Tickets can be purchased from the Quayside and the two-hour trip takes you to the Arabian Sea to catch the sunset and then a programme of folk dancing to entertain you for the return trip.For Indian antiques and an up market designer boutique, visit CAMELOT in Ribander village but take your Credit Cards.
Margao, in South Goa, is considered to be the state's second city. It is a prosperous town surrounded by fertile farmland and has always been an important agricultural centre. There are few towns of any size in the south and Margao acts as the main shopping centre for all the local towns and villages.
It is therefore always busy and clogged with traffic, although the overpass for through-traffic has helped ease the situation a little. There is an excellent market that is a good source of authentic souvenirs and an interesting place to browse. If you tire of shopping then you can always hire a rickshaw and see some of the sights.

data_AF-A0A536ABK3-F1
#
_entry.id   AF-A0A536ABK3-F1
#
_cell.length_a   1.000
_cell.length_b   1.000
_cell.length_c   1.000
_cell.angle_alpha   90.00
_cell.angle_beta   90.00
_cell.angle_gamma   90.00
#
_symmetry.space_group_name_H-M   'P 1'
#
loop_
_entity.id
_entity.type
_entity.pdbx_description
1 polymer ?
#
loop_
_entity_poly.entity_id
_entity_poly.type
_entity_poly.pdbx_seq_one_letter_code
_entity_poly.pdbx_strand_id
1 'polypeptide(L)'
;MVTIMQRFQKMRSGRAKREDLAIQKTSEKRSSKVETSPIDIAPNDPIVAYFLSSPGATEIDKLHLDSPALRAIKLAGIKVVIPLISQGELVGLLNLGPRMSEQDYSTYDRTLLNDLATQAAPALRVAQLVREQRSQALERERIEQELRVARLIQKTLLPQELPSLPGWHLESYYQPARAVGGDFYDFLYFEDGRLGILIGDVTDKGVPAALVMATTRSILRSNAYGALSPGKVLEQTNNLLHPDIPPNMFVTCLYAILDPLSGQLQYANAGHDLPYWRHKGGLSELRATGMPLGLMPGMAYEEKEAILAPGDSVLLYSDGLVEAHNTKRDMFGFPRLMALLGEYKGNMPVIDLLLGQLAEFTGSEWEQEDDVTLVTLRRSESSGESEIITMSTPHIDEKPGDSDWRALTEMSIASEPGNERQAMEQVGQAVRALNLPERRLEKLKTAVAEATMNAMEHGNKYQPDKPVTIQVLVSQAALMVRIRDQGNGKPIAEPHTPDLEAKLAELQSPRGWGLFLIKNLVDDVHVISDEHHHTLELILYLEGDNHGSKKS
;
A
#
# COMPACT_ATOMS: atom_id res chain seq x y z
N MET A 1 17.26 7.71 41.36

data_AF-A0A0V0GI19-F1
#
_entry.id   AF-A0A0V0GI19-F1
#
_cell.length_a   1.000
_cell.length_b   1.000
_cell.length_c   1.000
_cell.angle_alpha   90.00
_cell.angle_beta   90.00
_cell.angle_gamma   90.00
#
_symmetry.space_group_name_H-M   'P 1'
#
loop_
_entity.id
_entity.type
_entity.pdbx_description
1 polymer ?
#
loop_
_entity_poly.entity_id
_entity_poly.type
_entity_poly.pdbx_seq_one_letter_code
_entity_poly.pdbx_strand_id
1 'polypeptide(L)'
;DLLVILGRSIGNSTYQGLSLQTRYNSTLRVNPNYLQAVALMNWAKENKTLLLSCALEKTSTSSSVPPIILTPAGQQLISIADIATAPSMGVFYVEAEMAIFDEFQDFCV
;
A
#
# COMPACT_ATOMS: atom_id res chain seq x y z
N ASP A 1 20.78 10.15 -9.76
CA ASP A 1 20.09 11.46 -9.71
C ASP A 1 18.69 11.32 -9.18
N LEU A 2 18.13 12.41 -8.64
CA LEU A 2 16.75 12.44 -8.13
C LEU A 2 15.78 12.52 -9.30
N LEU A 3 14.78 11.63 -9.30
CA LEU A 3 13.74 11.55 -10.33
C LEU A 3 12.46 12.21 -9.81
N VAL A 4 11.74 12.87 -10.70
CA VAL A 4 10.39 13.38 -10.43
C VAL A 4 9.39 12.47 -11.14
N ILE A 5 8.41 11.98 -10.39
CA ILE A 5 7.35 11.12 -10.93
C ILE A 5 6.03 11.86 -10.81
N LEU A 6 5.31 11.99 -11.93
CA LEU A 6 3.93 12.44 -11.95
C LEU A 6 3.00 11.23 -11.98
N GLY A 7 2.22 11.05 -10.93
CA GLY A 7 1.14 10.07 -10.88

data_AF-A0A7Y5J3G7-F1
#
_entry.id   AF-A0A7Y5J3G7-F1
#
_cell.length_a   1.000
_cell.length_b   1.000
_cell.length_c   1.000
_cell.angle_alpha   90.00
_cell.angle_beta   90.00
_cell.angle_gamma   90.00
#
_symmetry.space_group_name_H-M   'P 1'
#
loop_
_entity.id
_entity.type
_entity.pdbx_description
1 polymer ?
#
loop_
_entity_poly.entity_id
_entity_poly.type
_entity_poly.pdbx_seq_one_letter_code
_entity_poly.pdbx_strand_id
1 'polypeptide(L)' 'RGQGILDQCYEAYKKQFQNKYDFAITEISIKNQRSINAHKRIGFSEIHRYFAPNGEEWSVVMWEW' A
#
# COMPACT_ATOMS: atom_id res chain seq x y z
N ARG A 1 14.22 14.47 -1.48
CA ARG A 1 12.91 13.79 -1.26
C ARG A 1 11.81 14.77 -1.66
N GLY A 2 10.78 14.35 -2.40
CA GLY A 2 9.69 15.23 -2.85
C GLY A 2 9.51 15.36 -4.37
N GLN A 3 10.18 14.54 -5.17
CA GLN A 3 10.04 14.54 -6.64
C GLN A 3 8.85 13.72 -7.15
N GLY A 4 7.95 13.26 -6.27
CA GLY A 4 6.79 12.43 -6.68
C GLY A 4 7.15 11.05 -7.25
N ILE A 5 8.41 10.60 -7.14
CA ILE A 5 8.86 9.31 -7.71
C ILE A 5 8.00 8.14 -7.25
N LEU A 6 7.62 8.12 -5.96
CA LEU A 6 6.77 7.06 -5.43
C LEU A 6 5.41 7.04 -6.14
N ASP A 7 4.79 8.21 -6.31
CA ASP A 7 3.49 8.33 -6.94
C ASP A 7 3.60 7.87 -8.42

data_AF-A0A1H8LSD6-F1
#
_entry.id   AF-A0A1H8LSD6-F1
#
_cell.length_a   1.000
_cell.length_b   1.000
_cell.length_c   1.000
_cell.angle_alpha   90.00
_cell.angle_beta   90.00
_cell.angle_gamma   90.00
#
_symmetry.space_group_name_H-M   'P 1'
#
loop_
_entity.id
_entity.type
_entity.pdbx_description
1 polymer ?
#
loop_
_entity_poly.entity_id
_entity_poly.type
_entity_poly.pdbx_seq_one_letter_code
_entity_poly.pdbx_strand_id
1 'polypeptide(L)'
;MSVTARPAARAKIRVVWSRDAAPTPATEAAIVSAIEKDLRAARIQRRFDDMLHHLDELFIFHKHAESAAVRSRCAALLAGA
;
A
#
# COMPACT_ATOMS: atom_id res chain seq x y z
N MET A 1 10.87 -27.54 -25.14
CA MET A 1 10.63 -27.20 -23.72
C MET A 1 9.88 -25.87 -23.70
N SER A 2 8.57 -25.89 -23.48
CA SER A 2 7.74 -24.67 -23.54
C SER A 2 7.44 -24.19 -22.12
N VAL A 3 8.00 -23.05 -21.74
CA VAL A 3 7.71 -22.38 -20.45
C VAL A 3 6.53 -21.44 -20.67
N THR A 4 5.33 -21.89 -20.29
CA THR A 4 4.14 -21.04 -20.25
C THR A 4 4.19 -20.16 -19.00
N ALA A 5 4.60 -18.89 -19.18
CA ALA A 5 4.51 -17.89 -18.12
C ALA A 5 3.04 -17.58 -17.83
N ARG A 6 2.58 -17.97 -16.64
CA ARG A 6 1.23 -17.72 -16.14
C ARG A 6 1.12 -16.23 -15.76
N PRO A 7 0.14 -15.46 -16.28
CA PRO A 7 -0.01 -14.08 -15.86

The Portuguese absorbed the area during the seventeenth century and there are some Catholic churches dating back to this time and an old colonial quarter with one of Goa's grandest mansion's, "Seven Gables" here. Or you can cool off on Colva beach that is 20 minutes drive away.
From clothes to carrots, jewellery to junk, from shoes to spices, fruit to fish Mapusa has it all. The market is also open Monday - Saturday but smaller. Mapusa (pronounced Mapsa) is the main market town for North Goa and most items found in Anjuna and Calangute can be picked up here at a fraction of the price.
It has a large fish and vegetable market and on Fridays the market doubles in size with sellers from far flung villages setting up stalls and selling intriguing vegetables and colourful spices. Try a "Bhaji House". Goa's answer to fast food when you're flagging. Very cheap and very tasty.
Bargains to look for include shoes, fabric and wonderful stainless steel shops!! Most charter tourists are whisked off on organised trips to Mapusa in the heat of the day to get their brains fried. In our experience, late afternoon/early evening is better. It is cooler, better atmosphere and bargains are easier to come by.